HIV

In counting defective proviruses, approaches for estimating the size of HIV patients' virus reservoirs are throwing off estimates of treatment effectiveness.

Researchers uncovered differences in diversity and composition in the microbiomes of infants exposed to HIV, as compared to unexposed infants.

The firm is hiring new scientific and managerial staff as it targets distinct markets in Africa for its nucleic acid amplification-based resistance test. 

Prequalification now enables procurement in numerous countries within sub-Saharan Africa that have regulations requiring this type of oversight.

The prototype showed biases at low virus concentrations and the researchers raised concerns over use of whole blood versus plasma HIV RNA as a biomarker. 

The researchers combined epitope tagging and affinity-capture mass spec to investigate interactors of two HIV proteins as they exist in functional viruses.

Researchers in San Diego collaborated with the American Red Cross to enable molecular testing, reducing incidence in the zip codes where screening was offered.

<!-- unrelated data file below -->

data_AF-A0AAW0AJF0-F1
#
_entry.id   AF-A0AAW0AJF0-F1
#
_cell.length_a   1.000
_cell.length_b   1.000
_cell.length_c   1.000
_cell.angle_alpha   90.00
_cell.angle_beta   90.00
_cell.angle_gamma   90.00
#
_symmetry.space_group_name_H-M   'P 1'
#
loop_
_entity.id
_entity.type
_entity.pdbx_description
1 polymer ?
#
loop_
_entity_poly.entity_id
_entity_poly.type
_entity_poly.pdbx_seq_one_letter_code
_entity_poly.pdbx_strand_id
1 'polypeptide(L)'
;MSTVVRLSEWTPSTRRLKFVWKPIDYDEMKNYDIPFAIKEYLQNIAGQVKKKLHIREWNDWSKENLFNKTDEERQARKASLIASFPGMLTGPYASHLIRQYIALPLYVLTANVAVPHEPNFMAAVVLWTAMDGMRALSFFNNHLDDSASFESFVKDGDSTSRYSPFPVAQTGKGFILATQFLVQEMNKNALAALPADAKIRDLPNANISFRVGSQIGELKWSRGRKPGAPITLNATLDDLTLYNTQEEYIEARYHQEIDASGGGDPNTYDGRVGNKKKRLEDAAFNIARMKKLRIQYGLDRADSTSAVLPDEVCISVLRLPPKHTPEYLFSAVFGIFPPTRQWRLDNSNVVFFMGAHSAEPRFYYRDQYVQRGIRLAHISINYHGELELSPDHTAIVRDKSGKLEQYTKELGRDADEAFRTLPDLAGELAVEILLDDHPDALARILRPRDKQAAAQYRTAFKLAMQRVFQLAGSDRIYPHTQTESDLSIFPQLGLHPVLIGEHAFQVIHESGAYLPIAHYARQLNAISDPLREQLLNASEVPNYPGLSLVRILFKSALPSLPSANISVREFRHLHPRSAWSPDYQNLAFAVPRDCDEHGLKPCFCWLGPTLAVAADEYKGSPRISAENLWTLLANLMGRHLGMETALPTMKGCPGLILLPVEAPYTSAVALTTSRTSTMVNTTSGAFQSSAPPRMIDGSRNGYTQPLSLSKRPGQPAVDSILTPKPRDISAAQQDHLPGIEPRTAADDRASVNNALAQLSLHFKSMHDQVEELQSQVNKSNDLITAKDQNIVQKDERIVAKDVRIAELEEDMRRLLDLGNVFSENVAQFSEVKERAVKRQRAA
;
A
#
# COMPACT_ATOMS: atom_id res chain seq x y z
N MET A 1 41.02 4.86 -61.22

Escape From Editing

Researchers report this week that HIV-1 can become resistant to CRISPR/Cas9 editing.

Two recent studies confirm that CRISPR/Cas9 can edit and inhibit latent HIV provirus, but one of them hints that the virus can develop resistance to excision.

Researchers used viral repertoire sequencing to characterize an early-stage HIV-neutralizing antibody, an important step toward developing a vaccine.

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A University of California, Los Angeles-led team has found turning off the CCR5 gene could improve recovery after a stroke, according to Scientific American.

South Dakota lawmakers are to weigh a bill aimed at teaching the strengths and weaknesses of scientific concepts, the Associated Press and KEVN-Black Hills Fox report.

In Science this week: the synthetic genetic system hachimoji, and more.

Thermo Fisher Scientific says it will no longer sell machines in China's Xinjiang region, according to the Wall Street Journal.